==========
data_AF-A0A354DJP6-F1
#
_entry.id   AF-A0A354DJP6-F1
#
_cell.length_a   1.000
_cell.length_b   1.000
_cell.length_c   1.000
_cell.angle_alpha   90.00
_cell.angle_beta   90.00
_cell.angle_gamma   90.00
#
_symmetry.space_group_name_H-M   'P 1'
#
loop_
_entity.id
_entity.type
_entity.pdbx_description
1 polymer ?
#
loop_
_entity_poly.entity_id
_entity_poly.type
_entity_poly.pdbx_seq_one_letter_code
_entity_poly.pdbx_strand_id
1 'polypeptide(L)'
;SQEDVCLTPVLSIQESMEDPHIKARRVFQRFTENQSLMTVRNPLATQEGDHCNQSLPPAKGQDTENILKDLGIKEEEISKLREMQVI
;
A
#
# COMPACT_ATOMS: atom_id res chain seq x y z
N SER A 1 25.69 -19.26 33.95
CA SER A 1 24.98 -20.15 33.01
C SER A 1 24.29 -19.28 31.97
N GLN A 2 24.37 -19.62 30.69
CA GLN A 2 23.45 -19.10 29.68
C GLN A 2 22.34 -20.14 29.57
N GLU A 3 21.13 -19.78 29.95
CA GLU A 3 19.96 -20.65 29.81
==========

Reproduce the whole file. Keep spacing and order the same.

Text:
data_AF-A0A354DJP6-F1
#
_entry.id   AF-A0A354DJP6-F1
#
_cell.length_a   1.000
_cell.length_b   1.000
_cell.length_c   1.000
_cell.angle_alpha   90.00
_cell.angle_beta   90.00
_cell.angle_gamma   90.00
#
_symmetry.space_group_name_H-M   'P 1'
#
loop_
_entity.id
_entity.type
_entity.pdbx_description
1 polymer ?
#
loop_
_entity_poly.entity_id
_entity_poly.type
_entity_poly.pdbx_seq_one_letter_code
_entity_poly.pdbx_strand_id
1 'polypeptide(L)'
;SQEDVCLTPVLSIQESMEDPHIKARRVFQRFTENQSLMTVRNPLATQEGDHCNQSLPPAKGQDTENILKDLGIKEEEISKLREMQVI
;
A
#
# COMPACT_ATOMS: atom_id res chain seq x y z
N SER A 1 25.69 -19.26 33.95
CA SER A 1 24.98 -20.15 33.01
C SER A 1 24.29 -19.28 31.97
N GLN A 2 24.37 -19.62 30.69
CA GLN A 2 23.45 -19.10 29.68
C GLN A 2 22.34 -20.14 29.57
N GLU A 3 21.13 -19.78 29.95
CA GLU A 3 19.96 -20.65 29.81